AI needs to be taught how to forget information. Here’s why!
You must have heard this at some point: Once something is on the internet, it can never really be deleted. A picture you were looking disheveled in or that inappropriate tweet someone you know had posted is now forever a part of your digital footprint. Even if you were to delete it, there is no guarantee that someone hasn’t taken a screenshot of it or hasn’t reposted it to some corner of the internet.
Artificial intelligence (AI) tools of all kinds are typically trained on data sourced from the internet. Data, which as we discussed above, isn’t something the average person would be all too proud to share. However, if the idea of an AI knowing everything about you sounds terrifying, don’t worry, machine unlearning is here to the rescue. Machine unlearning is an area of computer science that seeks to induce selective amnesia into AI tools so that they can forget specific people or chunks of information without adversely affecting the tool’s functionality. Let’s take a closer look at why machine learning matters and why it has been a challenge to achieve it.
Why do machines need to be trained to forget
One of the biggest reasons why AI needs to unlearn information is because of the rise in demand for the “right to be forgotten”. The right to be forgotten refers to the ability to get information about you removed from the internet under exceptional circumstances. This is especially relevant in industries such as healthcare where sensitive information is fed to an AI during the training process.
Some efforts are already being made to protect people’s right to be forgotten. For instance, in December 2022, the European Union gave its citizens the right to have any false information being spread about them on the internet removed from Google and other search engines.
The need for having sensitive information deleted isn’t just limited to individuals; companies and government bodies require it as well. If an AI tool gets hacked, the sensitive information that was used to train the AI could be leaked and misused, leading to disastrous consequences for the company that launches the AI.
As a result, companies are becoming vigilant about the information held by AI systems. For example, in 2021, the UK’s data regulator warned companies that their AI systems could be subjected to data deletion. Similarly, the same year, the U.S. Federal Trade Commission (FTC) made the cloud storage application Ever delete both user data and any algorithms trained on said data.
The challenges to machine unlearning
Now that we realize why machine unlearning is important, the next question is: How can machines be trained to unlearn? If you have ever tried to deliberately forget anything, you would know how hard it is to unlearn anything. It is just as hard to make a machine unlearn information. This is because once a piece of information is fed to an AI, there is no way of knowing where it resides inside the AI.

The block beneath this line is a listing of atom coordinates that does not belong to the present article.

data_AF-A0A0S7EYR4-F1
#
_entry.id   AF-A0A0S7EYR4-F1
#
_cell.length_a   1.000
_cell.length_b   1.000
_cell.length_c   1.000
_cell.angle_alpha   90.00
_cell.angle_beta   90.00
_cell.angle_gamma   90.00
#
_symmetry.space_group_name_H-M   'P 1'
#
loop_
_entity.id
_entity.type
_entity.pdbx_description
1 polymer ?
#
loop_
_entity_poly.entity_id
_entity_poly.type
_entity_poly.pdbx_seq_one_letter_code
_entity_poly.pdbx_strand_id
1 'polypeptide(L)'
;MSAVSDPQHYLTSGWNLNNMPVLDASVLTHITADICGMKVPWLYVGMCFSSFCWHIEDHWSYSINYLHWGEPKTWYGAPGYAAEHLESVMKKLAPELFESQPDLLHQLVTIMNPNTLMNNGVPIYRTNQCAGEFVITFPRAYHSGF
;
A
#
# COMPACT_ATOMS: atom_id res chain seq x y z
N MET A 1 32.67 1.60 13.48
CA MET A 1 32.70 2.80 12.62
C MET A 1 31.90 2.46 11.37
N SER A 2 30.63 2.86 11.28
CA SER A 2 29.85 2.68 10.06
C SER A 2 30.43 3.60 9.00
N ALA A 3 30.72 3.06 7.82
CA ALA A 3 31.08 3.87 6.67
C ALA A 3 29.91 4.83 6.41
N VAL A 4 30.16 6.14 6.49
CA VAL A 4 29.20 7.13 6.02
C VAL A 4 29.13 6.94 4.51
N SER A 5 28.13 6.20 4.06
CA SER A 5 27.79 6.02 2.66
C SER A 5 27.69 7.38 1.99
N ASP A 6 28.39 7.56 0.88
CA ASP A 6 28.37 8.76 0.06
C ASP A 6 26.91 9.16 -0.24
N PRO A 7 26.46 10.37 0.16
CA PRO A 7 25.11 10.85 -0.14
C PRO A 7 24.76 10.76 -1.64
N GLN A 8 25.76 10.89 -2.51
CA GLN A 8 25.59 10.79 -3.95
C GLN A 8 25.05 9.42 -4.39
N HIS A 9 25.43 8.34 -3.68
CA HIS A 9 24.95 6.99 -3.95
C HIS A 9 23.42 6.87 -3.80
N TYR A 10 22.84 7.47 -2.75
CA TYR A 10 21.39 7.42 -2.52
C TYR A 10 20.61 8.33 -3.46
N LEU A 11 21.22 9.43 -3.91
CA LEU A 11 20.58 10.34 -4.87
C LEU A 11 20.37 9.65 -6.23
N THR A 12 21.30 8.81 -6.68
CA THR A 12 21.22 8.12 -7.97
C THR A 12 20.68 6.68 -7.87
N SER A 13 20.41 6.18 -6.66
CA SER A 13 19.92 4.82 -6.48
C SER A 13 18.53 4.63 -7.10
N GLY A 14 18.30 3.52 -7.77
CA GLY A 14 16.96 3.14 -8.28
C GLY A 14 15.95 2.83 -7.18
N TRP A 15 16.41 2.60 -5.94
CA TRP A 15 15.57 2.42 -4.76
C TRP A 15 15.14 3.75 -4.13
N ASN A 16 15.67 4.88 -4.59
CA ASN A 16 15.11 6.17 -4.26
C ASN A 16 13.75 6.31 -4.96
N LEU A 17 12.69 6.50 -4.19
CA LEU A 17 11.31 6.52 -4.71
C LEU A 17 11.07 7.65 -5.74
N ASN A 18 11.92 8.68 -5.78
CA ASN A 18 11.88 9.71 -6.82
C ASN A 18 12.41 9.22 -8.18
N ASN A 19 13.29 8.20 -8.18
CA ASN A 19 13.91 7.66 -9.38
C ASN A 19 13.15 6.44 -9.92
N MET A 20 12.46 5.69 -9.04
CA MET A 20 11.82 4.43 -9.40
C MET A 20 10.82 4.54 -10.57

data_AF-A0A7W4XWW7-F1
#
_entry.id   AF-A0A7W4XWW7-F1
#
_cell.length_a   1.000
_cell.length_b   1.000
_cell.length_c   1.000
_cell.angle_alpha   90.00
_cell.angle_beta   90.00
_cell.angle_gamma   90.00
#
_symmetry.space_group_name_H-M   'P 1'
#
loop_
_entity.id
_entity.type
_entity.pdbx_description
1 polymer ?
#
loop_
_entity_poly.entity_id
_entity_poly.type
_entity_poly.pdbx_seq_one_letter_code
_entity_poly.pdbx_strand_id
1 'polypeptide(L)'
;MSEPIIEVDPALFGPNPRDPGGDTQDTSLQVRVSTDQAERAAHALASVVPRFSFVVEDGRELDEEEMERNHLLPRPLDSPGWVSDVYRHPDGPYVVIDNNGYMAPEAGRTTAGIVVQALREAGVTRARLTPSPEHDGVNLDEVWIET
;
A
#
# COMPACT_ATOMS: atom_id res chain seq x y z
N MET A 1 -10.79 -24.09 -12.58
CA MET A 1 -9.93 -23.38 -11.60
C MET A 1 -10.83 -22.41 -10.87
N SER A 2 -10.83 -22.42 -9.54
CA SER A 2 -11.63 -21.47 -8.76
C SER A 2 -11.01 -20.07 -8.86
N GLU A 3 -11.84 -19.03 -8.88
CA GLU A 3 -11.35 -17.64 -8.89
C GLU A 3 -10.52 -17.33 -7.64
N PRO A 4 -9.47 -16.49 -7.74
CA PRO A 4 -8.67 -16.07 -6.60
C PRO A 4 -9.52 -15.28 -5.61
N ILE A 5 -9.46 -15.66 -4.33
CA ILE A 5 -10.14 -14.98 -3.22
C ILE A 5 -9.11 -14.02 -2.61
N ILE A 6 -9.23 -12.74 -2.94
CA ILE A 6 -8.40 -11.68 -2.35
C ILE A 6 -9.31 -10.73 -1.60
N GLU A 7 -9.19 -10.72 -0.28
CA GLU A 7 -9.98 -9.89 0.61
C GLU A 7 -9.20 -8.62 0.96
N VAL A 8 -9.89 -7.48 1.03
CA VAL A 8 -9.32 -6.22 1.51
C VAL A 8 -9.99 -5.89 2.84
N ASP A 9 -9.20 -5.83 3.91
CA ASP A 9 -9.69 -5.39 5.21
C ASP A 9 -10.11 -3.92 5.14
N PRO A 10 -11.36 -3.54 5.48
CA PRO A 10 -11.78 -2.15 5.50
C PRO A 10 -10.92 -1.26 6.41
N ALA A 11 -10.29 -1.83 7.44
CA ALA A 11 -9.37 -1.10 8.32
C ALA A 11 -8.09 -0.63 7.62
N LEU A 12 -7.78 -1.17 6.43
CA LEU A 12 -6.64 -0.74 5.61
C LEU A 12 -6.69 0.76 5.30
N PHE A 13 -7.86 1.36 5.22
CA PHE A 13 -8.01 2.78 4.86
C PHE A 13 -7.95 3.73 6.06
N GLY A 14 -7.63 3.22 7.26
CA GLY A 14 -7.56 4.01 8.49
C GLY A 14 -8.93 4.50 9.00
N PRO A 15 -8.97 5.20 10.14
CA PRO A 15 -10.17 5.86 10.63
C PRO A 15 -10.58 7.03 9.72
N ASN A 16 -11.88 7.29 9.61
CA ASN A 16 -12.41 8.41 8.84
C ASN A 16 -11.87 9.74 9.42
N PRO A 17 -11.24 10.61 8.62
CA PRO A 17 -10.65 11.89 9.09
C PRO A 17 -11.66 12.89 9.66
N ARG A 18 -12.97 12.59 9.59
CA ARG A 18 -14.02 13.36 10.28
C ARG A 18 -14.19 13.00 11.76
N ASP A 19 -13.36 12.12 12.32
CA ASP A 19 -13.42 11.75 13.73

Moreover, we don’t know how a specific data point affects the AI overall. If a key piece of data is deleted, it could disrupt an AI’s entire system. Thus, if a system is required to forget some information, data scientists have to rebuild the AI from scratch.
Efforts towards machine unlearning
Even though the process has its fair share of challenges, there have been attempts to create a machine-learning system capable of forgetting information. For instance, researchers Yinzhi Cao and Junfeng Yang, who originally coined the term “machine unlearning”, devised an approach to remove a machine learning algorithm’s dependency on training data back in 2015. Their approach has yielded positive results on four machine learning systems.
Similarly, in 2019, researchers from the University of Toronto, Canada and the University of Wisconsin-Madison in the U.S. also came up with the idea of segregating the data fed to machine-learning systems into multiple parts. This way, each data point is processed separately, and if one of them has to be deleted later, it wouldn’t disrupt the functioning of others.
However, these approaches are still in their nascent stages. Neither of them addresses the concern of how to decide what should be remembered and what needs to be forgotten. Thus, it may take some time before machine unlearning becomes more commonplace. Till this happens, users of AI systems, be they individuals or companies, have to shoulder the responsibility of what sort of data they share with these systems in the first place.
Header image courtesy of Envato